Every community has a man like Bill Smeltzer in its midst.

You know, the guy who is always ready and willing to contribute something positive, no matter the time commitment, and the guy who is always prepared to take on a challenge with a smile on his face.

He’s the guy you almost take for granted, because he’s always there and ready to lend a helping hand. Until he’s not there anymore and you realize just how irreplaceable he truly was.

By pretty much all accounts, Smeltzer, the longtime owner of Woodland Contractors, was that guy. And although he passed away over the weekend at age 70 after a lengthy illness, Smeltzer will remain that guy for a long time to come in the hearts and minds of those who knew him best.

“I don’t know how to sum up Dad,” Smeltzer’s daughter, Carrie Boyer, said Wednesday, “That’s really a hard thing to do, in my mind, because he was so many different things to us. He was an incredible father and just an all-around great person. He was known to quietly do things for people. He never set out for notoriety, that was never his thing. His goal was just to make a difference in the world, and that’s exactly what he did.”

In addition to Carrie and his son, Billy, Smeltzer leaves behind his wife of nearly 50 years, Nancy, as well as five grandchildren who were the apple of his eye.

A visitation is scheduled for Thursday evening at Friedens Lutheran Church in Myerstown from 6 to 8 p.m., and Friday morning from 9 to 11 a.m. A memorial service will follow at 11 a.m. Friday.

“He liked to have fun, and he would always give you a hard time if he liked you,” Carrie said. “It was a friendly, jabbing type of thing. And he gave the best hugs. He was just a bear hugger type of guy.”

He was also a devoted family man in every way, from his grandchildren to Carrie and Billy, who have been by his side at Woodland Contractors since its inception in 1987 and who will keep the business going in their dad’s memory together, as Bill wished.

“People ask Billy and I all the time, how it is that we can work together,” Carrie said. “We don’t know any different. We were raised that we are a family, we are there for each other, we stick together. Not getting along was not an option. This is what we do, and always have.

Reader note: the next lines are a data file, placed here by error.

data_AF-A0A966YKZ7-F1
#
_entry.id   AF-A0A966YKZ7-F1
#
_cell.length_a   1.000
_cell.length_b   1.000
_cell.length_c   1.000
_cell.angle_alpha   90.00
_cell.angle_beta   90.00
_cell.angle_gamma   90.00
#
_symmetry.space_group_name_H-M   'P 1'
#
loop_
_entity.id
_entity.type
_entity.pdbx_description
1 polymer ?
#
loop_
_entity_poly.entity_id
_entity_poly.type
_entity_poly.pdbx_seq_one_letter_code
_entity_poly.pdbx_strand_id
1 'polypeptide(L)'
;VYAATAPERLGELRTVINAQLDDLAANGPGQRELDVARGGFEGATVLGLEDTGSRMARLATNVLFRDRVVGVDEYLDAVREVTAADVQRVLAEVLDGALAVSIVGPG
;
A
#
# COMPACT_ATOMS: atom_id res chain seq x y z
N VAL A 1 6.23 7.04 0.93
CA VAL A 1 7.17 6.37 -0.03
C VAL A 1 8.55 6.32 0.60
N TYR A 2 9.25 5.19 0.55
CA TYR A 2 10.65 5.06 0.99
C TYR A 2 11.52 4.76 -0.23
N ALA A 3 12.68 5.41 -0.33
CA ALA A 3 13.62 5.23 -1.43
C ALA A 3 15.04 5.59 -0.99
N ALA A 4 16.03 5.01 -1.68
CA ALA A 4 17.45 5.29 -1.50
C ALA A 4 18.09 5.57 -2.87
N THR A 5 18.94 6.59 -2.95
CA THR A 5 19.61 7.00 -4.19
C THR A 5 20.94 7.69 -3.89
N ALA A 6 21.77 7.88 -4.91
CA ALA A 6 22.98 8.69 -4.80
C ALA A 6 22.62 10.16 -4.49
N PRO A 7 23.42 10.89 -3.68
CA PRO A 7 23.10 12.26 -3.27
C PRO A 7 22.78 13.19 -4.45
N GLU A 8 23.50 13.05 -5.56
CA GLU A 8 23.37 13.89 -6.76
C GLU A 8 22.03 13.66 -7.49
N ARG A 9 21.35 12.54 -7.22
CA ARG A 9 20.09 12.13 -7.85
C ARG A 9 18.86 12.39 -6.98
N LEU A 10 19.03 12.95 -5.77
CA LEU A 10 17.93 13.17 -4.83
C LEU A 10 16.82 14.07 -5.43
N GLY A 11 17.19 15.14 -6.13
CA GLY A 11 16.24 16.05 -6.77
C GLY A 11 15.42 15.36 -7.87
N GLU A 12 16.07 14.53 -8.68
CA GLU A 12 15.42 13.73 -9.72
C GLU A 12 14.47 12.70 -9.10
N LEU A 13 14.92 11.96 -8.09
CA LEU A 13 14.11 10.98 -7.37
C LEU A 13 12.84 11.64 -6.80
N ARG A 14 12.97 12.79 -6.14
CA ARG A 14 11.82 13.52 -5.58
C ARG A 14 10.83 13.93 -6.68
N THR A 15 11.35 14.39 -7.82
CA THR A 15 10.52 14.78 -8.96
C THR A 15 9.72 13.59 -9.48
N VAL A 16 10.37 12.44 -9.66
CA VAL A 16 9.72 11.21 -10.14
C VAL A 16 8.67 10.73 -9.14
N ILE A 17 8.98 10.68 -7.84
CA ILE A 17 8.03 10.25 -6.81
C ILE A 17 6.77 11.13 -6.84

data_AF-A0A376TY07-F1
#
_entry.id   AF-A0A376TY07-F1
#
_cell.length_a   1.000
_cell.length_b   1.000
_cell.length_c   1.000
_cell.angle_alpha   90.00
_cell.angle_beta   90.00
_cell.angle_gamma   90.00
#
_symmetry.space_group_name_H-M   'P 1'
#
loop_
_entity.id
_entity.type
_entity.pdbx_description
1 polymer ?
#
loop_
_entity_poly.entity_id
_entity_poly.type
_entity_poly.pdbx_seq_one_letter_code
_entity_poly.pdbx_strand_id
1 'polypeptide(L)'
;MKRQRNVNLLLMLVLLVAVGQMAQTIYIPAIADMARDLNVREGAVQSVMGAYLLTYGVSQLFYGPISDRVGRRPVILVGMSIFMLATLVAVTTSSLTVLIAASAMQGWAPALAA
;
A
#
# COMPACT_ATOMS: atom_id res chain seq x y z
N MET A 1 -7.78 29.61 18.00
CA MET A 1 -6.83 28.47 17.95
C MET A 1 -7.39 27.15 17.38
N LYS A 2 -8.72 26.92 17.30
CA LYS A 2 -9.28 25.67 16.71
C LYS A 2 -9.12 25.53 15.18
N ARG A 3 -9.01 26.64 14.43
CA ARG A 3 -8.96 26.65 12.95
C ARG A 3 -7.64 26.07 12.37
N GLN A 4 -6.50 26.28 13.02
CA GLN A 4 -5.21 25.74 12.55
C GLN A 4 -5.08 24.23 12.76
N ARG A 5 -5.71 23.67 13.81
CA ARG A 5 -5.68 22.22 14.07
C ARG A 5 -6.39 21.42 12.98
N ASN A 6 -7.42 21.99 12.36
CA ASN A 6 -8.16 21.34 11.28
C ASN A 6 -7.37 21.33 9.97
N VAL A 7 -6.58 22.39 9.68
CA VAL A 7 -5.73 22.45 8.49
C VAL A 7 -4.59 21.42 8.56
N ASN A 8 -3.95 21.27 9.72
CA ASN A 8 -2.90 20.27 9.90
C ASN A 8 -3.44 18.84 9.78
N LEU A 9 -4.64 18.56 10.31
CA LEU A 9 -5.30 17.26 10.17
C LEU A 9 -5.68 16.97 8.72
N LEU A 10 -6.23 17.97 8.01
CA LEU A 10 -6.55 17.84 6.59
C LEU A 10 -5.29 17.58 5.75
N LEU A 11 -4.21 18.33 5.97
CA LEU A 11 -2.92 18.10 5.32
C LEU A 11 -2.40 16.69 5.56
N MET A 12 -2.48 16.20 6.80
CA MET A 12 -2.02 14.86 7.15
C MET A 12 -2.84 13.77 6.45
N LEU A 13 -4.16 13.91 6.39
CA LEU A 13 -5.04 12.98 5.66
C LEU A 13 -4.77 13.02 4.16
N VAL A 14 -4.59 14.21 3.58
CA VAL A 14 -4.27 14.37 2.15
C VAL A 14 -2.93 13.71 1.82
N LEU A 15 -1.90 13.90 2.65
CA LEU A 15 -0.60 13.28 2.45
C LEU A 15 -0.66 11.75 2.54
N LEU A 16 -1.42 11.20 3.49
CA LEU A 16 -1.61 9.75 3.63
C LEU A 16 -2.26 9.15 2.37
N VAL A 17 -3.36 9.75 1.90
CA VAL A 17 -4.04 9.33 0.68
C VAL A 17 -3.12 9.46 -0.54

“Billy and I were blessed to be by Dad’s side. I’m not gonna say it was always easy, but we were blessed to always be by each other’s side and to have each other’s backs.”

Smeltzer was also beloved by those he did business with and served with in the community. And his community endeavors were many, including serving as board president of the Lebanon County Historical Society and a board member of the Lebanon Community Library.

Former Lebanon city councilman Richard Wertz served with Smeltzer on the historical society board and got to know him prior to that as a loyal customer of his business, Wertz Candies.

“I first met Bill as a longtime customer of our candy shop,” Wertz remembered. “He would purchase 1-pound boxes of Wilbur Buds to give away to friends, family, and clients. He personally loved the semi-sweet Wilbur Buds. I was invited to join the board of the LCHS in 2016. Bill was a member of the board when I joined. He made me feel very welcome along with the other members of the board.

“At that time, the Krall Barn was a work in progress. Bill, with his love of history was the go-to guy for this endeavor. His wealth of construction knowledge was something that the whole board respected. Every board meeting included updates on the project and what the next step would be with Bill explaining everything in detail. I had to laugh at Bill when we had meetings on nights that the Phillies were in the playoffs. He and I were huge Phillies fan and he would say we had to end the meeting by 8 to get home in time to watch the game.”

Bob Hoffman of Beers/Hoffman, an architectural firm that worked closely with Smeltzer on a number of building projects, also had great respect for Smeltzer, both as a businessman and a friend.

“Bill was a special friend,” Hoffman said. “I had the privilege of working with him on many architectural projects over the years and our professional relationship transformed into an enduring friendship. Bill was always upbeat and positive no matter the challenge. We collaborated on many very successful projects and each and everyone was a pleasure.

“Bill’s community involvement was great. Few people knew he was president of the library board, historical society, and his church council. He was generous to a fault. During his illness he was tenderly cared for by his wife Nancy and family. I visited often and never heard a complaint or negative thought from his lips.”

Hoffman added: “He will be missed by many. My days will be less bright without hearing his cheerful voice.”

His voice may now be silenced, but his words about the importance of community still ring in his children’s ears.

“His line to Billy and I was, ‘We’re in this to make a living, not to make a killing,’” Carrie said. “If we can’t support the community we’re in while we’re doing it, what’s the point in doing it?”

Read Bill Smeltzer’s full obituary here.

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Pat Huggins covered local sports for the Lebanon Daily News for almost 25 years, beginning in January of 1999. Pat was born and raised in Lebanon County and is a 1987 graduate of Lebanon High School and a 1991 alum of Elizabethtown College. A huge Phillies and 76ers fan, Pat spends his spare time on...


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